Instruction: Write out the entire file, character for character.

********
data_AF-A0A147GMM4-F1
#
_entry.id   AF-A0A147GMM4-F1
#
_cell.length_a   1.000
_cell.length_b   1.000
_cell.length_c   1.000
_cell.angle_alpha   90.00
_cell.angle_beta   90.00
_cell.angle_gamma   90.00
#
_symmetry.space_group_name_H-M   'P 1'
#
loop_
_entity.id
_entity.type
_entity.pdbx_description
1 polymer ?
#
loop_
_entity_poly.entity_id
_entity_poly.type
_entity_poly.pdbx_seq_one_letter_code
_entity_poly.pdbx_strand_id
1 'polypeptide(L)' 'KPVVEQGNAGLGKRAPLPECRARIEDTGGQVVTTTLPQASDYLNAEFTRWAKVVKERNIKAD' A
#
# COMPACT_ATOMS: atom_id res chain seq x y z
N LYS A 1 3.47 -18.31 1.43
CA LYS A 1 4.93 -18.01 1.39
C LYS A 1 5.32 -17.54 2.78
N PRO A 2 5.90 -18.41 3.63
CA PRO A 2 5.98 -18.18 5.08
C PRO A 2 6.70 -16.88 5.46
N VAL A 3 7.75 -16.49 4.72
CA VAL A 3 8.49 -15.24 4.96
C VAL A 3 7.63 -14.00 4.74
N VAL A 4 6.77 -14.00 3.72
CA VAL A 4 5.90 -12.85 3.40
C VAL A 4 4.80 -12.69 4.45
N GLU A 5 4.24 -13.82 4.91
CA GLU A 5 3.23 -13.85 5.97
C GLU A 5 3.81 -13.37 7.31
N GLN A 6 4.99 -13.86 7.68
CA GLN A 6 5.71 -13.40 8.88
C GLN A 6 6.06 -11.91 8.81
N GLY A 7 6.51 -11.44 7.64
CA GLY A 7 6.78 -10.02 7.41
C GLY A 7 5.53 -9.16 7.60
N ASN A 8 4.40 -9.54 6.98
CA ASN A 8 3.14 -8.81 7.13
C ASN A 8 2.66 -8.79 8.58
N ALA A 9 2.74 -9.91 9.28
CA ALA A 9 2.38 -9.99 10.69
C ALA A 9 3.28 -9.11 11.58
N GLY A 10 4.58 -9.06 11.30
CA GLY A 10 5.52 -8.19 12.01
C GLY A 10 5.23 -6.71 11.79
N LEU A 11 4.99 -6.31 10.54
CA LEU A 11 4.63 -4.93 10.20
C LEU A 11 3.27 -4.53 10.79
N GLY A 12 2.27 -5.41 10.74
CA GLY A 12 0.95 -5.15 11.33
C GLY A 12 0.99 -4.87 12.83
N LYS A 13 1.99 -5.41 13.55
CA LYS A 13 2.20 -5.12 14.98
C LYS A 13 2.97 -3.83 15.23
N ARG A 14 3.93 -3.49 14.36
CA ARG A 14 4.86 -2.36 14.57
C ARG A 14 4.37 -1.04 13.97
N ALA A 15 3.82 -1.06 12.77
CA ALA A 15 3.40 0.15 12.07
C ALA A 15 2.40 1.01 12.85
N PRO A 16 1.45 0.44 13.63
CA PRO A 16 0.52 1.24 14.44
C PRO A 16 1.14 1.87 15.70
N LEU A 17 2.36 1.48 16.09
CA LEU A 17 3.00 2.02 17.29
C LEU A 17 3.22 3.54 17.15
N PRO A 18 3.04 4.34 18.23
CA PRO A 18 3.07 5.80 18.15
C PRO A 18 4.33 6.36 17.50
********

data_AF-A0A147GMM4-F1
#
_entry.id   AF-A0A147GMM4-F1
#
_cell.length_a   1.000
_cell.length_b   1.000
_cell.length_c   1.000
_cell.angle_alpha   90.00
_cell.angle_beta   90.00
_cell.angle_gamma   90.00
#
_symmetry.space_group_name_H-M   'P 1'
#
loop_
_entity.id
_entity.type
_entity.pdbx_description
1 polymer ?
#
loop_
_entity_poly.entity_id
_entity_poly.type
_entity_poly.pdbx_seq_one_letter_code
_entity_poly.pdbx_strand_id
1 'polypeptide(L)' 'KPVVEQGNAGLGKRAPLPECRARIEDTGGQVVTTTLPQASDYLNAEFTRWAKVVKERNIKAD' A
#
# COMPACT_ATOMS: atom_id res chain seq x y z
N LYS A 1 3.47 -18.31 1.43
CA LYS A 1 4.93 -18.01 1.39
C LYS A 1 5.32 -17.54 2.78
N PRO A 2 5.90 -18.41 3.63
CA PRO A 2 5.98 -18.18 5.08
C PRO A 2 6.70 -16.88 5.46
N VAL A 3 7.75 -16.49 4.72
CA VAL A 3 8.49 -15.24 4.96
C VAL A 3 7.63 -14.00 4.74
N VAL A 4 6.77 -14.00 3.72
CA VAL A 4 5.90 -12.85 3.40
C VAL A 4 4.80 -12.69 4.45
N GLU A 5 4.24 -13.82 4.91
CA GLU A 5 3.23 -13.85 5.97
C GLU A 5 3.81 -13.37 7.31
N GLN A 6 4.99 -13.86 7.68
CA GLN A 6 5.71 -13.40 8.88
C GLN A 6 6.06 -11.91 8.81
N GLY A 7 6.51 -11.44 7.64
CA GLY A 7 6.78 -10.02 7.41
C GLY A 7 5.53 -9.16 7.60
N ASN A 8 4.40 -9.54 6.98
CA ASN A 8 3.14 -8.81 7.13
C ASN A 8 2.66 -8.79 8.58
N ALA A 9 2.74 -9.91 9.28
CA ALA A 9 2.38 -9.99 10.69
C ALA A 9 3.28 -9.11 11.58
N GLY A 10 4.58 -9.06 11.30
CA GLY A 10 5.52 -8.19 12.01
C GLY A 10 5.23 -6.71 11.79
N LEU A 11 4.99 -6.31 10.54
CA LEU A 11 4.63 -4.93 10.20
C LEU A 11 3.27 -4.53 10.79
N GLY A 12 2.27 -5.41 10.74
CA GLY A 12 0.95 -5.15 11.33
C GLY A 12 0.99 -4.87 12.83
N LYS A 13 1.99 -5.41 13.55
CA LYS A 13 2.20 -5.12 14.98
C LYS A 13 2.97 -3.83 15.23
N ARG A 14 3.93 -3.49 14.36
CA ARG A 14 4.86 -2.36 14.57
C ARG A 14 4.37 -1.04 13.97
N ALA A 15 3.82 -1.06 12.77
CA ALA A 15 3.40 0.15 12.07
C ALA A 15 2.40 1.01 12.85
N PRO A 16 1.45 0.44 13.63
CA PRO A 16 0.52 1.24 14.44
C PRO A 16 1.14 1.87 15.70
N LEU A 17 2.36 1.48 16.09
CA LEU A 17 3.00 2.02 17.29
C LEU A 17 3.22 3.54 17.15
N PRO A 18 3.04 4.34 18.23
CA PRO A 18 3.07 5.80 18.15
C PRO A 18 4.33 6.36 17.50